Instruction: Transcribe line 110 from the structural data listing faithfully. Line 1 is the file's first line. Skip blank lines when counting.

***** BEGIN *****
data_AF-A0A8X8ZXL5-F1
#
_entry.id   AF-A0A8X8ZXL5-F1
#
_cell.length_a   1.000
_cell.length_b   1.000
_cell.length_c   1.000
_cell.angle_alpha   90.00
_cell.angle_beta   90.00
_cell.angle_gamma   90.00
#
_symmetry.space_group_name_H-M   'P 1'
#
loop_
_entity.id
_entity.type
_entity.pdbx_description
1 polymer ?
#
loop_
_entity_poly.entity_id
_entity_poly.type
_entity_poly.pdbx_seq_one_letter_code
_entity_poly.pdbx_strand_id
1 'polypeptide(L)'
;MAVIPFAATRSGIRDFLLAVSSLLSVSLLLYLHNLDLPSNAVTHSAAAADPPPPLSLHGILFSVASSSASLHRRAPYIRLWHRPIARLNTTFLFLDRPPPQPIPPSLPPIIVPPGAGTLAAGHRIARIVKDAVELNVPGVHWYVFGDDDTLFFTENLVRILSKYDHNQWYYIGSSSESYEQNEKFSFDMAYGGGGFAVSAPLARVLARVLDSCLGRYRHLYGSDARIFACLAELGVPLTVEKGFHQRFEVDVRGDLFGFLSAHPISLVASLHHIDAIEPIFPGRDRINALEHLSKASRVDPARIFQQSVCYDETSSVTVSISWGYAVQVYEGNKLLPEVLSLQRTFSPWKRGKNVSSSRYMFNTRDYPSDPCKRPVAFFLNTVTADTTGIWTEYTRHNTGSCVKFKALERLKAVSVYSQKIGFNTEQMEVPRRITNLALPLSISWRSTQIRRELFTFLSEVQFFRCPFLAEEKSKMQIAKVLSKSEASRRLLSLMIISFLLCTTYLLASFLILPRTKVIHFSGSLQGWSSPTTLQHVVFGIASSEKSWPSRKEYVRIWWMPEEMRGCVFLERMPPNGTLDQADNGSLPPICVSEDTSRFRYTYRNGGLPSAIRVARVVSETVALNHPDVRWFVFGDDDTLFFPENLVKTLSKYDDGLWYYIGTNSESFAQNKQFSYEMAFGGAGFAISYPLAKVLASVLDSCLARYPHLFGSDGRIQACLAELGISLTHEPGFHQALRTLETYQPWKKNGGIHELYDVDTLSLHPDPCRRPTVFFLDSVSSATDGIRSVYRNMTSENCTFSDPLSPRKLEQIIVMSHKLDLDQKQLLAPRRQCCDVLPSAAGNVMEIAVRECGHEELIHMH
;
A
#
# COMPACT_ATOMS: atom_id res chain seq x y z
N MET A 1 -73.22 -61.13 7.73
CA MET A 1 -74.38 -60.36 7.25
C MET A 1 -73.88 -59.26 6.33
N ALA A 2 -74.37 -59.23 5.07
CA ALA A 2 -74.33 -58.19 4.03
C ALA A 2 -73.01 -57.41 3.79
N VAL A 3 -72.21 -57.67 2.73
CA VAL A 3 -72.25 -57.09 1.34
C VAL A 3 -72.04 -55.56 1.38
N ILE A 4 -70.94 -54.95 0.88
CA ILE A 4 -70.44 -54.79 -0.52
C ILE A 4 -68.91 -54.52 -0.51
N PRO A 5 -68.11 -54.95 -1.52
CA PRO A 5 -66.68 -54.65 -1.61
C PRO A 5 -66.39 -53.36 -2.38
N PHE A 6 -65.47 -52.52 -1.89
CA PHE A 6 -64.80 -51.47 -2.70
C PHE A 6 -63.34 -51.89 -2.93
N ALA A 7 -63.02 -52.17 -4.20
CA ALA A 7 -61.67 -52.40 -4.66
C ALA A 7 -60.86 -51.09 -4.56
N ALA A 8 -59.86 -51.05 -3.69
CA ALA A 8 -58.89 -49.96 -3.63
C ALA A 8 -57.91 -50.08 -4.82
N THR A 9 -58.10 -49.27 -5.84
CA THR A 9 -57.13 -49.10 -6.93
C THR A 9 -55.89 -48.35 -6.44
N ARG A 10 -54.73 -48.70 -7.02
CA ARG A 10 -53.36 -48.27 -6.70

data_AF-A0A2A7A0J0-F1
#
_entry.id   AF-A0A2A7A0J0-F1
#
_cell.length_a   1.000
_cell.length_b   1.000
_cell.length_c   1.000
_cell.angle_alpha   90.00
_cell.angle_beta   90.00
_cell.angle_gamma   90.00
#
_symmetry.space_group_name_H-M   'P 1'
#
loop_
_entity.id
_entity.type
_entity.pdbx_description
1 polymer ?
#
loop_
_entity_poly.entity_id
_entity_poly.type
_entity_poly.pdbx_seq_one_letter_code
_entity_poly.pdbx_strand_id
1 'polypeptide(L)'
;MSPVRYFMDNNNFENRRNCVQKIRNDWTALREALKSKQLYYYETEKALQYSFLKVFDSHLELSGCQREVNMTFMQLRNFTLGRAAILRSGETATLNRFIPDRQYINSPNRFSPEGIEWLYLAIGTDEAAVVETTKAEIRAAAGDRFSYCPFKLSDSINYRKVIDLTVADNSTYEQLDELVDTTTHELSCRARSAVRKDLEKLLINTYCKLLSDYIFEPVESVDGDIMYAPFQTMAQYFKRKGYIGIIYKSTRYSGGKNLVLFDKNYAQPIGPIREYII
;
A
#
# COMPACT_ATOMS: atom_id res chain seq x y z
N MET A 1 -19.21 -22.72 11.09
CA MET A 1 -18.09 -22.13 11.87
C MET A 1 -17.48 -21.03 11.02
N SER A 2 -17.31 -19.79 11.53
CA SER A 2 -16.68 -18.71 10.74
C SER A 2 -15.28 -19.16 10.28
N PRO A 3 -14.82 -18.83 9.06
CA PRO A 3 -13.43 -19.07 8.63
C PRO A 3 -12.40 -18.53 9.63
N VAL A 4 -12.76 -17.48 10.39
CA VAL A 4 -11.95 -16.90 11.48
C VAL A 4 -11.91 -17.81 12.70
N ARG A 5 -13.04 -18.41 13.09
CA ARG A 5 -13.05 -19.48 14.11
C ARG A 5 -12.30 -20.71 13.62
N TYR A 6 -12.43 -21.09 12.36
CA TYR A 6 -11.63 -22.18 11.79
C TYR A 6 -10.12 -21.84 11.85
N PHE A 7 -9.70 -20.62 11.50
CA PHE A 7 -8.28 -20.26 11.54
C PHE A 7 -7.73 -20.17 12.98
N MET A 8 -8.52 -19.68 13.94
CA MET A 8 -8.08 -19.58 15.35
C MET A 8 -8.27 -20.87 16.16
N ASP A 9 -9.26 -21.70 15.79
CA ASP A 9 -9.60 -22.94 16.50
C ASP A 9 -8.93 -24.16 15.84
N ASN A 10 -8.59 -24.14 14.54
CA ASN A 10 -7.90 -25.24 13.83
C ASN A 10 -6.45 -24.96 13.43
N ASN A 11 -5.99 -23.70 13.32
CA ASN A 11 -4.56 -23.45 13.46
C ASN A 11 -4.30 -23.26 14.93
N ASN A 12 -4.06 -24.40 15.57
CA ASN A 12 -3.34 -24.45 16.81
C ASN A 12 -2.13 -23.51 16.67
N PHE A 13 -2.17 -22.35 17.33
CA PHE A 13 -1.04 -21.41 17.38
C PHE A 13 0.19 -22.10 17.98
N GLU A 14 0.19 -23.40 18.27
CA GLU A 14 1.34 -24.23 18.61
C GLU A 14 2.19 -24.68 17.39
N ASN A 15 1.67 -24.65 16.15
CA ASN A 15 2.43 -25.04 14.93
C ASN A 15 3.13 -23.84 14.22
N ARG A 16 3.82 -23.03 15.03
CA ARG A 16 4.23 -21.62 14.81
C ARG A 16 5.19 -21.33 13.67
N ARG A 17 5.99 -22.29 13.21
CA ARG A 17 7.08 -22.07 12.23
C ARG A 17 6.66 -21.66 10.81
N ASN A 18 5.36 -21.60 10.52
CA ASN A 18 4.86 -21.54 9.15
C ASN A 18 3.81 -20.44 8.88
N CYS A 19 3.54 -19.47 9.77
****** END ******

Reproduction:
C PHE A 7 -7.73 -20.17 12.98